Do You Have Osteoporosis?

Bone is living tissue that is continuously being broken down and replaced. Bone growth naturally slows down with age. But when the creation of new bone does not keep up with the loss of old bone, the bones become weak or porous. This condition is called osteoporosis. These fragile bones become painful and can be broken or fractured easily. Over 50 million Americans have osteoporosis and low bone mass, which increases the risk for osteoporosis. Osteoporosis can also impact other bone issues, and people may need joint replacements. Luckily, there are some options available for safe osteoporosis surgery.

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Osteoporosis and joint health

Osteoporosis can silently creep up on unsuspecting patients, and many would not know until there is a joint issue. Joints are parts of the body where two or more bones meet to allow movement. Joint pain can be caused by osteoarthritis, which is the gradual wear and tear of cartilage and bone. These are different conditions with different symptoms and outcomes. And in some cases, a fall could cause a fracture, likely due to osteoporosis. Poor joint health or injury may require a total or full knee replacement. But is this even possible?

A weak foundation for your new joint?

With a joint replacement, an orthopedic surgeon removes part or all of damaged bone and cartilage. From there, the surgeon replaces the joint with prosthetic components. The goal is to relieve the pain and discomfort that comes with using the joints. Commonly, joint replacements happen in the knee, hip, spine, and shoulder. The new prosthetic must be anchored to the nearest bone. The genuine concern would be if these replacements can be anchored to porous bone. Would bone density affect the integrity of the joint?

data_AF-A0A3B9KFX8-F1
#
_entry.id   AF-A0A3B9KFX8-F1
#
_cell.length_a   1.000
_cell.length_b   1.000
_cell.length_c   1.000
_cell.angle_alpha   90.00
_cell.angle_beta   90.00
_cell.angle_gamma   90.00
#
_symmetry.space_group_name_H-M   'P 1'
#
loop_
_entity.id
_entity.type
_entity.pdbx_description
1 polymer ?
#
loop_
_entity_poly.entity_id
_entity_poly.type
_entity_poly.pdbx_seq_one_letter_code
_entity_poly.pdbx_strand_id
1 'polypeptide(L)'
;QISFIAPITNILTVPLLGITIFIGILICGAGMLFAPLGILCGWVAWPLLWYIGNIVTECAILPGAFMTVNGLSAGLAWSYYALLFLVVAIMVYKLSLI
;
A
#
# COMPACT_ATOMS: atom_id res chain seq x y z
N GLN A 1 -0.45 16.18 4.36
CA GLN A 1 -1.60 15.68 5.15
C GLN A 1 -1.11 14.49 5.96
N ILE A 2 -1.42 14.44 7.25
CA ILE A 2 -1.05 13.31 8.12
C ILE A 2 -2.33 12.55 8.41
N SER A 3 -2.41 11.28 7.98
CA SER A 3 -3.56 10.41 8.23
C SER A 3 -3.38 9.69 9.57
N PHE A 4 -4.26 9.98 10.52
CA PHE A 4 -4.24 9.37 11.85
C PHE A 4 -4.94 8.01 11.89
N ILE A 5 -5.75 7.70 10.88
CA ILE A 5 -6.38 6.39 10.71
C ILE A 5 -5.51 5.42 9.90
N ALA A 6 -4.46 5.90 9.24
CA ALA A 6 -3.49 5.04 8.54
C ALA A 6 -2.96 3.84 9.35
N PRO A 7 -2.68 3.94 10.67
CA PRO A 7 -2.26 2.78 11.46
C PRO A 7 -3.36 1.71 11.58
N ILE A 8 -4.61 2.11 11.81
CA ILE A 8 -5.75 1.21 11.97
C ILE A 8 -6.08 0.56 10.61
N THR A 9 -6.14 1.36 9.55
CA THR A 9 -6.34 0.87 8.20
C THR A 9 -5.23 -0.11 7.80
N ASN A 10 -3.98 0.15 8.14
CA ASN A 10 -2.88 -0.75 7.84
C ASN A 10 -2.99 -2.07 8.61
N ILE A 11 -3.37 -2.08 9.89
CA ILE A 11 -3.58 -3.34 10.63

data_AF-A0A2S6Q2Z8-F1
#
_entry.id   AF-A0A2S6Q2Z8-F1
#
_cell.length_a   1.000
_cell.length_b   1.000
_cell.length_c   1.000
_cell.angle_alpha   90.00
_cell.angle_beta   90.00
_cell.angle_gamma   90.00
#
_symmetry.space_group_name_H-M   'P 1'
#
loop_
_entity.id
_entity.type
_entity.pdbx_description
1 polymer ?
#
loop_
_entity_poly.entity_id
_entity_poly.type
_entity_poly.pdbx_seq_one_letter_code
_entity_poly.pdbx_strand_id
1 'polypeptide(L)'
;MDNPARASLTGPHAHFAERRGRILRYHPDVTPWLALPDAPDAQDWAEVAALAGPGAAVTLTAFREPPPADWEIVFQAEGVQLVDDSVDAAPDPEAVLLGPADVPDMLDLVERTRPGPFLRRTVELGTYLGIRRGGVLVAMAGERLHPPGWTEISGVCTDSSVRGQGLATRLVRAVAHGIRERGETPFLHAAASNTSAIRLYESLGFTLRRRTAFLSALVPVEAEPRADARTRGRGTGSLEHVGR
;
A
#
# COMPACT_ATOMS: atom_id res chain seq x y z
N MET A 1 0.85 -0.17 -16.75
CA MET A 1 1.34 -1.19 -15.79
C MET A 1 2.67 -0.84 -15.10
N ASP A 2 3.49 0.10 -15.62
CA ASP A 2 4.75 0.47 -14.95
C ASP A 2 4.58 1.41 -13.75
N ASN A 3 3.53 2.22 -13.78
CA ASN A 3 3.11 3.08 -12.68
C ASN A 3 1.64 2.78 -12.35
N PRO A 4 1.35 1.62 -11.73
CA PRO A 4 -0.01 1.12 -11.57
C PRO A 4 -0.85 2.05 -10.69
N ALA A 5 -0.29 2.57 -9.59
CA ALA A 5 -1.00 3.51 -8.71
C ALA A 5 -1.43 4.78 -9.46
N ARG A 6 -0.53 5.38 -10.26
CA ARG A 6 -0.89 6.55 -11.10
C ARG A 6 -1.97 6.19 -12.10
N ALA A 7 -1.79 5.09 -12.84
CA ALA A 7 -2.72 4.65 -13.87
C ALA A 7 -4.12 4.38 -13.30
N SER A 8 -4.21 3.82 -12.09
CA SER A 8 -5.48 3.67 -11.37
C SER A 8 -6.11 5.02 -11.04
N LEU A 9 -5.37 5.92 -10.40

Is joint surgery possible with osteoporosis?

Osteoporosis is a major problem for surgeons performing joint replacements. The surgeon will likely request a bone density test beforehand. If there are signs of osteoporosis, the surgeon will have to decide whether the surgery is feasible or not. Most surgeries with minor osteoporosis are possible. The surgeon may make some adjustments, such as using a longer implant. However, severe osteoporosis can be a concern. The bones may be unable to support the new joint. In this case, the patient needs to improve bone health first before a joint replacement.

Surgical options with osteoporosis

Doctors can help improve osteoporosis with lifestyle modifications and medication. However, if there is a fracture of some sort, surgery is needed. An orthopedic surgeon can use a combination of pins, screws, and rods to repair the bones. A follow-up cast or splint will help with the repair. With other joint issues, like spinal fractures, the patient can benefit from procedures like kyphoplasty or vertebroplasty.

Focus on bone health

Joint replacements can help with reducing joint pain and increasing mobility. However, if the patient has severe osteoporosis, the issue must be addressed first. The patient will need to focus on medications and lifestyle changes that can help the body naturally produce more bone. From there, the surgeon will then be able to perform a joint replacement. In some cases, osteoporosis surgery may be best. The doctor can advise the steps best to deal with both conditions.

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